The fourth Thursday of November is the American holiday of Thanksgiving. It’s one of America’s most deeply-held national traditions, and one that we love to show off to foreign students. A day to eat good food in the company of loved ones and give thanks for what we have – what could be nicer?
But Thanksgiving has developed a whole bunch of other traditions around it that don’t make quite as much sense. Here are some of the weirdest things that happen on American Thanksgiving:
1) Christmas starts
Yup, it might be Thanksgiving, but in America, it’s also the kickoff to the “holiday season.”
Nowhere is that more obvious than in the annual Macy’s Thanksgiving Day Parade, which features giant balloons and elaborate floats marching down the streets of New York, and ends with Santa on his sleigh ringing in the start of Christmas. (Fun fact, the first Macy’s parade was held by first-generation immigrants who wanted to celebrate their new lives in America, and was actually meant to be a Christmas pageant)
The day after Thanksgiving – called “Black Friday” (want to know why?) – kicks off the holiday gift-buying season and is one of the biggest shopping days of the year. Stores often offer huge deals on popular items like electronics, and some open in the wee hours of the morning to maximize their hours. The mania around Black Friday can get more than a bit intense – people have actually died in the rush to be first into the stores.
Thanksgiving is also when Christmas comes to America’s radios. Some music stations start playing nothing but holiday-themed music around Thanksgiving and continue until the end of December. According to one website, there are currently well over 100 stations playing 24/7 Christmas music. The stations swear their listeners don’t get sick of it.
2) Alcohol sales skyrocket
The day after Thanksgiving may be one of the biggest days of the year for retail sales, but the night before Thanksgiving is one of the biggest for alcohol sales.
Some bars say their revenues can go up as much as 100 percent compared to an ordinary Wednesday night, and in a Nielsen ranking of the top holidays for sales of beer cases, Thanksgiving comes in 5th (ahead of the Super Bowl!). It’s a particularly big party night for college students, since many will head home and reunite with high school friends.
3) Football mania (American football, of course)
One of the first things an American may think of when you mention Thanksgiving is not food or family, but football. Watching (and playing) football on Thanksgiving has been a tradition since the 19th century. One sports blogger even says Thanksgiving Day church services used to end early to accommodate games.
The modern custom is traced to Michigan’s pro football team, the Detroit Lions, whose owner decided in 1934 that holding a game on Thanksgiving would increase ticket sales. It did, and the practice continued from there.
This Thanksgiving, three games will be televised, so fans will be sure to have football to watch all throughout the day and night – particularly useful for those who are not so thrilled to spend a full day with family.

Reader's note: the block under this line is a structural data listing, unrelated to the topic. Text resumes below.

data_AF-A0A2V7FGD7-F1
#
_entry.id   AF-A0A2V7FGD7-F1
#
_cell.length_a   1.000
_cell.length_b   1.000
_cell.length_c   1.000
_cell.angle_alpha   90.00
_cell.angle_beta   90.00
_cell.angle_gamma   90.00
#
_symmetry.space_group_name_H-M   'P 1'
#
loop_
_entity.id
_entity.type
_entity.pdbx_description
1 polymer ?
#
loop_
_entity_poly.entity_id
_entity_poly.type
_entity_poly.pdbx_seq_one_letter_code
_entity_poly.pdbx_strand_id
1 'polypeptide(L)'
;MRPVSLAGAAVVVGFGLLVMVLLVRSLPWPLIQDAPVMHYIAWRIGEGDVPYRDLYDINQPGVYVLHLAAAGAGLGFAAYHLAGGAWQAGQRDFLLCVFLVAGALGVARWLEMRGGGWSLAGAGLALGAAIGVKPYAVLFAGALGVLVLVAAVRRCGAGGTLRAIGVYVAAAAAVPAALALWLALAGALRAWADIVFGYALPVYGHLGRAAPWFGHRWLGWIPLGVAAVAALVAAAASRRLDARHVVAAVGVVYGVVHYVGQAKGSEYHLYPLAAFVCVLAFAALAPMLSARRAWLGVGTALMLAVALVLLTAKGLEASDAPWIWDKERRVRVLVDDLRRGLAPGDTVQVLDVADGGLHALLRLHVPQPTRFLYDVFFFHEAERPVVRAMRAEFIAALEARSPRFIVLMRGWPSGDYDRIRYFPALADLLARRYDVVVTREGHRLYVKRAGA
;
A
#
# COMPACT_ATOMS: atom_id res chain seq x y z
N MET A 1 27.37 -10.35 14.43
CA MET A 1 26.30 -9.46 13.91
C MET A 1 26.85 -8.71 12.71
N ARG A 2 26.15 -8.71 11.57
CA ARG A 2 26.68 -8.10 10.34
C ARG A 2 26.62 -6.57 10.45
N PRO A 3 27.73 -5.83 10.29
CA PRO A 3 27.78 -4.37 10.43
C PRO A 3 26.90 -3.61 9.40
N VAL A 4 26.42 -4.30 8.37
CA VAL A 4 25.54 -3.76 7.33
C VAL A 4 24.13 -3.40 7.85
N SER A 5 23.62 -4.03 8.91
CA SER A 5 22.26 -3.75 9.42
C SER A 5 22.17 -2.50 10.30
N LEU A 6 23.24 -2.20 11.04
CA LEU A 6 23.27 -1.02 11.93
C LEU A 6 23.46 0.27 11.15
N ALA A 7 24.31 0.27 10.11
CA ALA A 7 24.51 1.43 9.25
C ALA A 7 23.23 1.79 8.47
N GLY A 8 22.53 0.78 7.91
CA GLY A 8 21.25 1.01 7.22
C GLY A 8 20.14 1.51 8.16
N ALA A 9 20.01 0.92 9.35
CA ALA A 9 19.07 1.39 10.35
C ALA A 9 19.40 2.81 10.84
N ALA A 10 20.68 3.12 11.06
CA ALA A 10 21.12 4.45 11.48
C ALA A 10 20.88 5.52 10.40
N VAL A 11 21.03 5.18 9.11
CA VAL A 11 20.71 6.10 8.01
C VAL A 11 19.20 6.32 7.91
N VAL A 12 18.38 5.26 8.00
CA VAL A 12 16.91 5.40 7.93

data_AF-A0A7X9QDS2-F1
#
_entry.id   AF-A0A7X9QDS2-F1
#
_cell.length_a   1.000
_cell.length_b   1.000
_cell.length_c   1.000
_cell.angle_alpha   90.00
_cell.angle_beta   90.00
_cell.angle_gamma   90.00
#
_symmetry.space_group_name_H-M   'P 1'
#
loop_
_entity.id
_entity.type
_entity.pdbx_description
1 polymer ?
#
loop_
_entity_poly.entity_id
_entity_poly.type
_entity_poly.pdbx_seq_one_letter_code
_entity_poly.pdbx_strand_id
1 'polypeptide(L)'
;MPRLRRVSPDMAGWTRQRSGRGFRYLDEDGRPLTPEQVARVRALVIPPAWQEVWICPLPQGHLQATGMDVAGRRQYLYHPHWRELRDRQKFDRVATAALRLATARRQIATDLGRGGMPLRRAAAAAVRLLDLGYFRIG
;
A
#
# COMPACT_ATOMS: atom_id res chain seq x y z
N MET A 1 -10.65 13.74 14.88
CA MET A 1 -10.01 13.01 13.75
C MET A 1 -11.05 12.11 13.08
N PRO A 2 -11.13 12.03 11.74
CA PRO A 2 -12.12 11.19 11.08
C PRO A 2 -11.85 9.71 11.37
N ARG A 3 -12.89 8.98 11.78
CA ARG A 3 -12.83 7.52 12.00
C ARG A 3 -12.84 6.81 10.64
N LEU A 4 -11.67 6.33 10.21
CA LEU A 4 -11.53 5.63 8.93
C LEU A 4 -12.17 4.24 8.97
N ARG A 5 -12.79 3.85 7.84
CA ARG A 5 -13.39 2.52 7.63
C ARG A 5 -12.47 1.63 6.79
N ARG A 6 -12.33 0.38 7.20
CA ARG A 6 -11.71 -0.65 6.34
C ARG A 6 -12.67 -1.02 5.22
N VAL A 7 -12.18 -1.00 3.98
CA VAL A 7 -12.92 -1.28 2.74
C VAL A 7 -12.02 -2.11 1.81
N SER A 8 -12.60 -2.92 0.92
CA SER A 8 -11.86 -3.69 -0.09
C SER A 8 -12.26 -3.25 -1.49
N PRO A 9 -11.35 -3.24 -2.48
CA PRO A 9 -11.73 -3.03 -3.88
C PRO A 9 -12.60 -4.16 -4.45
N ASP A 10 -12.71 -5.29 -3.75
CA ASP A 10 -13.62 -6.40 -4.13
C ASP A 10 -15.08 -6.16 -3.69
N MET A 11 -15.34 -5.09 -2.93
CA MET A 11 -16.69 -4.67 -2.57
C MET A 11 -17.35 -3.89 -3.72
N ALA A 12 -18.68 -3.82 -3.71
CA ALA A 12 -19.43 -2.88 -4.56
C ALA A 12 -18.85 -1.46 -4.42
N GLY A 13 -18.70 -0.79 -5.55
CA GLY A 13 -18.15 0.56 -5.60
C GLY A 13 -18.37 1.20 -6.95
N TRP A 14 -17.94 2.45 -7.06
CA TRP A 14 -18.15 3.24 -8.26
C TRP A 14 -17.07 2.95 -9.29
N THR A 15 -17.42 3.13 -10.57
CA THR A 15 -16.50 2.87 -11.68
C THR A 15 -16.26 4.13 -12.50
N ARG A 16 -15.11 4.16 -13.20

For those not looking to escape their family, it’s also a common tradition to play pickup games of flag football or touch football.
4) Creative eating
Turkey is the quintessential Thanksgiving dish, but there are other foods considered traditional parts of the feast that are a bit on the stranger side:
Green bean casserole – a baked mix of green beans, cream of mushroom soup, and fried onions (recipe)
Sweet potatoes with marshmallows – a gooey, sweet dish that tastes like dessert but is served as a side (recipe)
Stuffing – cubes of bread that you stick inside your turkey (recipe)
Pies – not a weird food in itself, but the sheer number and variety baked for Thanksgiving is astounding; everything from apple to pumpkin to mincemeat. Martha Stewart’s website even defines pie as a separate category of Thanksgiving food from desserts (recipes)
What might be weirdest about the foods eaten on Thanksgiving is that almost none of them would have been eaten at the first Thanksgiving … which leads us to the last weird thing that happens on Thanksgiving:
5) Celebrating Thanksgiving
Here’s the secret your friends in the States might not want you to know (or might not know themselves!): almost everything Americans celebrate about the legend of Thanksgiving is wrong. The nice story of Pilgrim settlers and Native Americans sitting down to a big turkey dinner to celebrate surviving their first year in the new world? It’s just that – a nice story.
As we said before, the Pilgrims likely didn’t eat turkey and definitely didn’t eat pies, but weirder than that is the fact that the historic meal Thanksgiving celebrates probably wasn’t the first American Thanksgiving at all.
Young children in the U.S. often learn about Thanksgiving by dressing up as Pilgrims and Indians, in costumes that are nothing like what either group actually would have actually worn, and “Plymouth Rock,” the place where the Pilgrims are said to have first landed in America, is nowhere near where the Pilgrims made their initial landfall.
Check out VOA’s debunking of these and other Thanksgiving myths from earlier this week.
But none of that means we can’t take part in the nice ritual of being thankful for our friends and family and all the positive things we have in our lives. So happy Thanksgiving, and we’ll see you back here Monday!